john scott said...

The real question that lies at the heart of the PCEHR is: Would a doctor trust the data in the PCEHR as a basis for action? The reality is NO. There has been so little emphasis placed on meaningful, accurate and trustworthy data, especially for patients with chronic conditions, that it is hard to see how this system does not pose a risk to those who may rely on it.

It would be more beneficial to re-target NEHTA to the technology domain, introduce a more appropriate reform narrative centered on improving health care communications, and design and establish an e-health governance that is fit-for-purpose for an Australian health system that is purposefully a mix of public and private, Federal and State/Territory and multi-disciplinary.

This type of narrative would at least enable all of us who depend upon the health system to engage productively in the conversation about how we ensure that the right information is at the right place in the right time to inform action. This, to adopt an expression from the Canadian Medical Association, would deliver 'apparent value' at the point of care. Value that is apparent to all stakeholders, particularly clinicians, patients and carers.

Plan B is an emergent urgency--before or immediately after the election.

Bernard Robertson-Dunn said...

re "Would a doctor trust the data in the PCEHR as a basis for action?"

on* the government says:

“Clinical information you find within your patient’s My Health Record should be interpreted in much the same way as other sources of health information. It is safest to assume the information in a patient’s My Health Record is not a complete record of a patient’s clinical history, so information should be verified from other sources and ideally, with the patient.”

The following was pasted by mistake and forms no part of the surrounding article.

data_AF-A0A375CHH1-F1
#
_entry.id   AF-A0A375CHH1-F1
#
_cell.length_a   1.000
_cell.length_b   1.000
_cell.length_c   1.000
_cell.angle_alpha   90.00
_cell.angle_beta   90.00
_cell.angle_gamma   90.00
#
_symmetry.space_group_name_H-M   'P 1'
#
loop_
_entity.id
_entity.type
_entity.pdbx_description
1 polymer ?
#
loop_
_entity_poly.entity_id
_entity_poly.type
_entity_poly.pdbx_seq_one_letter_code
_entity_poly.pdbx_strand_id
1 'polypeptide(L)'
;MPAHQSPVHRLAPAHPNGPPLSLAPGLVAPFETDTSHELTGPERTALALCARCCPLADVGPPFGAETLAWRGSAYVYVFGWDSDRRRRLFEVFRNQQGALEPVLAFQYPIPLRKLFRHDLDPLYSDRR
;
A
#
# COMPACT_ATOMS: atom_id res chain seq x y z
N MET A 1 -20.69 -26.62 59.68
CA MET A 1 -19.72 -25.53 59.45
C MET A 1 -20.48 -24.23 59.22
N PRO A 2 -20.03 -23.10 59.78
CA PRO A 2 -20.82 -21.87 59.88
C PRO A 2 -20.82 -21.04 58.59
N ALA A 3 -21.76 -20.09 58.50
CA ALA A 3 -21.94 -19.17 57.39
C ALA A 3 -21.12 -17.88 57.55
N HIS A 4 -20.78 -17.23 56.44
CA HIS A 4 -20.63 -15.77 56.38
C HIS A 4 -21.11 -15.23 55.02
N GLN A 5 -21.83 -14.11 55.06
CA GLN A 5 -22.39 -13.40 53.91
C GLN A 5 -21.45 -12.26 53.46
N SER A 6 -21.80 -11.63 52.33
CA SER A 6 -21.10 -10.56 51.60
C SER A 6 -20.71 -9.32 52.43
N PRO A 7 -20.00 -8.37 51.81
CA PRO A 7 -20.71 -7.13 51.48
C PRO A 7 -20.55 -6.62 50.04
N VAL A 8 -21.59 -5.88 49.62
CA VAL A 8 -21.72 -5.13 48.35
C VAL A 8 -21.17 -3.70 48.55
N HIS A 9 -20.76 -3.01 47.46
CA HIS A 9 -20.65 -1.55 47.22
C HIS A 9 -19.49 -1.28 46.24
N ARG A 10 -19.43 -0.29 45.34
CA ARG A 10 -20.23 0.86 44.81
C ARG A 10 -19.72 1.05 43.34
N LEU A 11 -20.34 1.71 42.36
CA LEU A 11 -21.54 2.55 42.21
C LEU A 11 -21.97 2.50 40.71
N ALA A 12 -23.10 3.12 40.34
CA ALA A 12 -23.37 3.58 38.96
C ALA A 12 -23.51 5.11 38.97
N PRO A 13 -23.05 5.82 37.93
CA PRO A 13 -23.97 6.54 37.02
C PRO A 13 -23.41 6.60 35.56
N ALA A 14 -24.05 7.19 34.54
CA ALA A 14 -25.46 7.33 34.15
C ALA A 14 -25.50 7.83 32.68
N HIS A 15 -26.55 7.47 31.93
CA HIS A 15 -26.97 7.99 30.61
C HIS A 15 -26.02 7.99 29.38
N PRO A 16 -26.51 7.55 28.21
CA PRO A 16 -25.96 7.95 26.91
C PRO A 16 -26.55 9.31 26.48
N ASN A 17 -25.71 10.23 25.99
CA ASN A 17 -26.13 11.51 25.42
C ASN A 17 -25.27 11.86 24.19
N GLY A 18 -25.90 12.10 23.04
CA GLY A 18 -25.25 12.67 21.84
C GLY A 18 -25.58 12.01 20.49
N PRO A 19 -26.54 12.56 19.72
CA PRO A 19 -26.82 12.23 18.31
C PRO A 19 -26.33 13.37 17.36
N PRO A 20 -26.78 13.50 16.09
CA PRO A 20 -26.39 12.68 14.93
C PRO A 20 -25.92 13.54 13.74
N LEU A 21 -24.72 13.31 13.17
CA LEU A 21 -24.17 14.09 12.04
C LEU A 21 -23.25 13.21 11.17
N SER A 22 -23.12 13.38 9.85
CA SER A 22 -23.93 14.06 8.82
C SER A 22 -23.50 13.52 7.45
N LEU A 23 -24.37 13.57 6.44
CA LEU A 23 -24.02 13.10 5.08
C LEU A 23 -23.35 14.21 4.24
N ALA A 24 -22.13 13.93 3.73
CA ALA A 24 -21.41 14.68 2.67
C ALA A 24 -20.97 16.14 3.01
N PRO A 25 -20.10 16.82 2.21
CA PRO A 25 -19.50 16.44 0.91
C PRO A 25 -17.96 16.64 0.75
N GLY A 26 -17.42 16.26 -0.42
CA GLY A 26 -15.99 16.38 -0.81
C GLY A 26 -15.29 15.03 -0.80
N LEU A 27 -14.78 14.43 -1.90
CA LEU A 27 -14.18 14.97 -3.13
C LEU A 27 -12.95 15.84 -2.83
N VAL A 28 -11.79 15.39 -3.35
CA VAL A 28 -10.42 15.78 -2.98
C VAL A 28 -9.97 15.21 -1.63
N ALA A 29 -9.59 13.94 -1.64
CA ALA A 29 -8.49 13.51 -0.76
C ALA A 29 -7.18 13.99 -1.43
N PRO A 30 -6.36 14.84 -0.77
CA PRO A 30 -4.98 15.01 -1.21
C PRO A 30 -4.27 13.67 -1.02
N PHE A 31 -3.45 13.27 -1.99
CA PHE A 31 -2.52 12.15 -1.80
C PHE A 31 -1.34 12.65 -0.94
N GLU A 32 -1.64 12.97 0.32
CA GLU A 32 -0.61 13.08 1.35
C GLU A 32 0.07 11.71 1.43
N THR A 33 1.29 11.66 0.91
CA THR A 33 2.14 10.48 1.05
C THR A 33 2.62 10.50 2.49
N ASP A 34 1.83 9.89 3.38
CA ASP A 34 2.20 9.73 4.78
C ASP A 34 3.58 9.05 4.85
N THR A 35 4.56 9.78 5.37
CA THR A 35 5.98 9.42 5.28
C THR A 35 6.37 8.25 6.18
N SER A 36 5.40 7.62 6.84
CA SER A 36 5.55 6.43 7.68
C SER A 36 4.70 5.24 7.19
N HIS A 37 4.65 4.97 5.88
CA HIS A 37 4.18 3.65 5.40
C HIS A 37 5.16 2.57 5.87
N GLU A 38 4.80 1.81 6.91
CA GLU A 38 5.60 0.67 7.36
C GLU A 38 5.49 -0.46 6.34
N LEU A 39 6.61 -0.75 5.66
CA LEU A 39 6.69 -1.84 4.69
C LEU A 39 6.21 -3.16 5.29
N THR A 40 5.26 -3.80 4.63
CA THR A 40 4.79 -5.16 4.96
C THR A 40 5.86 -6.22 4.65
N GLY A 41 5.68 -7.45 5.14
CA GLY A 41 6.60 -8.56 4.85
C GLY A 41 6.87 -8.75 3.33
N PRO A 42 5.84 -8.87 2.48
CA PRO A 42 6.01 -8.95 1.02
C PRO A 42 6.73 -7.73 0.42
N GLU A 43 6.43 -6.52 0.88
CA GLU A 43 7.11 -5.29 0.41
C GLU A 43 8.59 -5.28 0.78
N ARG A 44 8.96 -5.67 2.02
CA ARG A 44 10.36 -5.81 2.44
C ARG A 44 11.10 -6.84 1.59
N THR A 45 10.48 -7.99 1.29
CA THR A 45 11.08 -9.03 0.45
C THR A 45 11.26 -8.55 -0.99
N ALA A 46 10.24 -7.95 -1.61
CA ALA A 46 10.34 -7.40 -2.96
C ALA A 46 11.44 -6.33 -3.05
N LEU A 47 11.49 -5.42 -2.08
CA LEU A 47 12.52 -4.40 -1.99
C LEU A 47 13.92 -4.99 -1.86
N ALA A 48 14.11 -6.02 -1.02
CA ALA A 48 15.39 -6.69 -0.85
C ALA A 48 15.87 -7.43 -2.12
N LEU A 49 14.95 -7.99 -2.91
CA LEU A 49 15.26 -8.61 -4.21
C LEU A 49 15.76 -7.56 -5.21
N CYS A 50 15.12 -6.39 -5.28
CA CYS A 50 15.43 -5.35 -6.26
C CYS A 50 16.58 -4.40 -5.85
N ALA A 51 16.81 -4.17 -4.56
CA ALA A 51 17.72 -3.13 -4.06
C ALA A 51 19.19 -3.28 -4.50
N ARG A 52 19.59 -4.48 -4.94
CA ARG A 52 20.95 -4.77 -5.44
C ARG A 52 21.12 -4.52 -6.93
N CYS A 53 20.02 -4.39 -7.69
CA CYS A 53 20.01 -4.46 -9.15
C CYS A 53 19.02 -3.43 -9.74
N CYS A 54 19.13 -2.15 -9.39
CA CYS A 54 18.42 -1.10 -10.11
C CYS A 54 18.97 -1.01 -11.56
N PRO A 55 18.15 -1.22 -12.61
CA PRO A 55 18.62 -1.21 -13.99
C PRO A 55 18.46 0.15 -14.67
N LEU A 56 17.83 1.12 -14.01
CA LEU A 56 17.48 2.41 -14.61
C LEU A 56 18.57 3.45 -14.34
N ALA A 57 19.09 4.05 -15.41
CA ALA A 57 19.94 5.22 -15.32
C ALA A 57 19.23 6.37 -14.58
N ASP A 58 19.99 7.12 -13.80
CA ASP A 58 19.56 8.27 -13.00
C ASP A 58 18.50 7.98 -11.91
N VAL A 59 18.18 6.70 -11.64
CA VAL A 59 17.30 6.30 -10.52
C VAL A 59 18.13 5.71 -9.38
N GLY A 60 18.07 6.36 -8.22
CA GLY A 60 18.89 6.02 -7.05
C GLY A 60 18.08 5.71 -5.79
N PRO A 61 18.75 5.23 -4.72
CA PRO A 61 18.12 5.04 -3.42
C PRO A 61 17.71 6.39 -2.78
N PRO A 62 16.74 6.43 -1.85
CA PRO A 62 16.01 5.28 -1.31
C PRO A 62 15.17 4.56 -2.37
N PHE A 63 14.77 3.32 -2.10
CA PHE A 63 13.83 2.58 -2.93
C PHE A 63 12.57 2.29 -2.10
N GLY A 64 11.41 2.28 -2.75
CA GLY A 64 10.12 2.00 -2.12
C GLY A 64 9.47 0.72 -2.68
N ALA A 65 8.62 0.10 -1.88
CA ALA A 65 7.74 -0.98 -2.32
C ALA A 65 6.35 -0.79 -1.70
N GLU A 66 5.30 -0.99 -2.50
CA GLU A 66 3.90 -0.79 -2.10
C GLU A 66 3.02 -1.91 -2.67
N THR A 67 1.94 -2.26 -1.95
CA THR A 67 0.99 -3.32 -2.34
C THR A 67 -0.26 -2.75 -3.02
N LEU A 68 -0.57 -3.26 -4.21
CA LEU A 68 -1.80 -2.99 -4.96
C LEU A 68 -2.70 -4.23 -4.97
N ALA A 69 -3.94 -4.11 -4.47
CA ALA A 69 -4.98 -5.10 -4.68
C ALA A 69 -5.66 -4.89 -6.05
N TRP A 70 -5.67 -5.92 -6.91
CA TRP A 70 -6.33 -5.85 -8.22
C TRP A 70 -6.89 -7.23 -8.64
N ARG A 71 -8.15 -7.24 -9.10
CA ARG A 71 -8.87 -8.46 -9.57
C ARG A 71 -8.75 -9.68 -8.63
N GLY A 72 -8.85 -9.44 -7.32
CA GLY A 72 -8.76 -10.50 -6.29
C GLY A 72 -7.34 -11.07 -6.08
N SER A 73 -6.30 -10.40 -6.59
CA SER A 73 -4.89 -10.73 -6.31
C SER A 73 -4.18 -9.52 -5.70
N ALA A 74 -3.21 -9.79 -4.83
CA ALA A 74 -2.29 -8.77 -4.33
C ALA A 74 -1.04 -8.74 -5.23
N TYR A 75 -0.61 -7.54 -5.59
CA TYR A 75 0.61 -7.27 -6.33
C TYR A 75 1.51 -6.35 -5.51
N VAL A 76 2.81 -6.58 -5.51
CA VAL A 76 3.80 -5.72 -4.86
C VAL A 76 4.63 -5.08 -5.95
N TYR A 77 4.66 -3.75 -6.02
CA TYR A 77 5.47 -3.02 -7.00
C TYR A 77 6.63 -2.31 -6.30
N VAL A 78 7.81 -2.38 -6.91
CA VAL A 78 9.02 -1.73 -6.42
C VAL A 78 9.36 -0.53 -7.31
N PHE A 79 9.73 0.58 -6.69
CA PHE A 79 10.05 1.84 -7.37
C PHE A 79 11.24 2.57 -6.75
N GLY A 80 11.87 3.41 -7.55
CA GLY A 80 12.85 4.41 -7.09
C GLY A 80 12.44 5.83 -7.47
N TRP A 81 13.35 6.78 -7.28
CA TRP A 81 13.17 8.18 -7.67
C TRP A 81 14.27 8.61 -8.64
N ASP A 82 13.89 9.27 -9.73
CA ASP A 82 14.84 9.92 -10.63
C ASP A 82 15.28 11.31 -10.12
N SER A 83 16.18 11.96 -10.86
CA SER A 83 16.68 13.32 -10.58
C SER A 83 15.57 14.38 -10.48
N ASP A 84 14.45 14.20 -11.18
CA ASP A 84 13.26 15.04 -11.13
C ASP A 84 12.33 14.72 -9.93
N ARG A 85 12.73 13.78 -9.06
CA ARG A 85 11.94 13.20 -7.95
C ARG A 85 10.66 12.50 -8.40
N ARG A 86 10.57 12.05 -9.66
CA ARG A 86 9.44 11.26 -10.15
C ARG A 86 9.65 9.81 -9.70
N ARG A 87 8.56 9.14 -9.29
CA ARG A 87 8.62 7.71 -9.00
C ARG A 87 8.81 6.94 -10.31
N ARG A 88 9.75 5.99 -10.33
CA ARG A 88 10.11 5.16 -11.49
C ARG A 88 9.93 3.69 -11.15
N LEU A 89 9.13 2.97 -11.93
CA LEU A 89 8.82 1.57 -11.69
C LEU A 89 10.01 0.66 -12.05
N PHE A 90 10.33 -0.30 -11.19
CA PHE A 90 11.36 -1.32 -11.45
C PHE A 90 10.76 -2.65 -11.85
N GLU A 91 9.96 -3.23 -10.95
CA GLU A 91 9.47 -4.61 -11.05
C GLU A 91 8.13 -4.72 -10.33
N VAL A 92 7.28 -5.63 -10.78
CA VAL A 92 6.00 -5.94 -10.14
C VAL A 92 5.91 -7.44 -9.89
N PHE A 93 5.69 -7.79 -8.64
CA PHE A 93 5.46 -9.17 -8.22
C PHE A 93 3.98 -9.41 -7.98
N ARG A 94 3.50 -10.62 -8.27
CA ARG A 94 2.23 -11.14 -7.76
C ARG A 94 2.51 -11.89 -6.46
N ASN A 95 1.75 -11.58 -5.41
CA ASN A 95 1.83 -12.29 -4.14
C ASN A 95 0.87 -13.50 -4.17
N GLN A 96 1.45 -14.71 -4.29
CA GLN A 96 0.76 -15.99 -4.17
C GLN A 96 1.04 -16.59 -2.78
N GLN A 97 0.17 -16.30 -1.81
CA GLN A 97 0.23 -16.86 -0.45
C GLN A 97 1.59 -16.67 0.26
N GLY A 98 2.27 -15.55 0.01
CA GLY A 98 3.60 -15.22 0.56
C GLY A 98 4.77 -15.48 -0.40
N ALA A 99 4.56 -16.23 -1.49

I interpret that to mean that it can't be trusted, especially if you take "not a compete record" to mean it could be wrong.


Bernard Robertson-Dunn said...

Re: "The Department's got some good reasons to be getting worried."

I may be wrong but the "Setting the Record Straight on Privacy" web page looks to me suspiciously like the department trying to refute many of the claims I have been making on Twitter. #ozmyhrprivacy

The webpage looks to have been put together in a hurry. In places it is somewhat garbled:

"For example, individuals may want to restrict access or ask a provider not to upload their sensitive health information, such as sexual or mental health issues accessible by all healthcare providers."

I don't understand what "sexual or mental health issues accessible by all healthcare providers" means.

They repeat an assertion "Government agencies will be able to access people’s personal data" but then promptly agree with it.

And then assert "the My Health Record system is a gold mine for hackers and blackmailers" and don't deny it.

To cap it off they have an email campaign that leads to this:

with the remarkable claim that the MyHR will enable them to:
"...detect emergencies before they happen."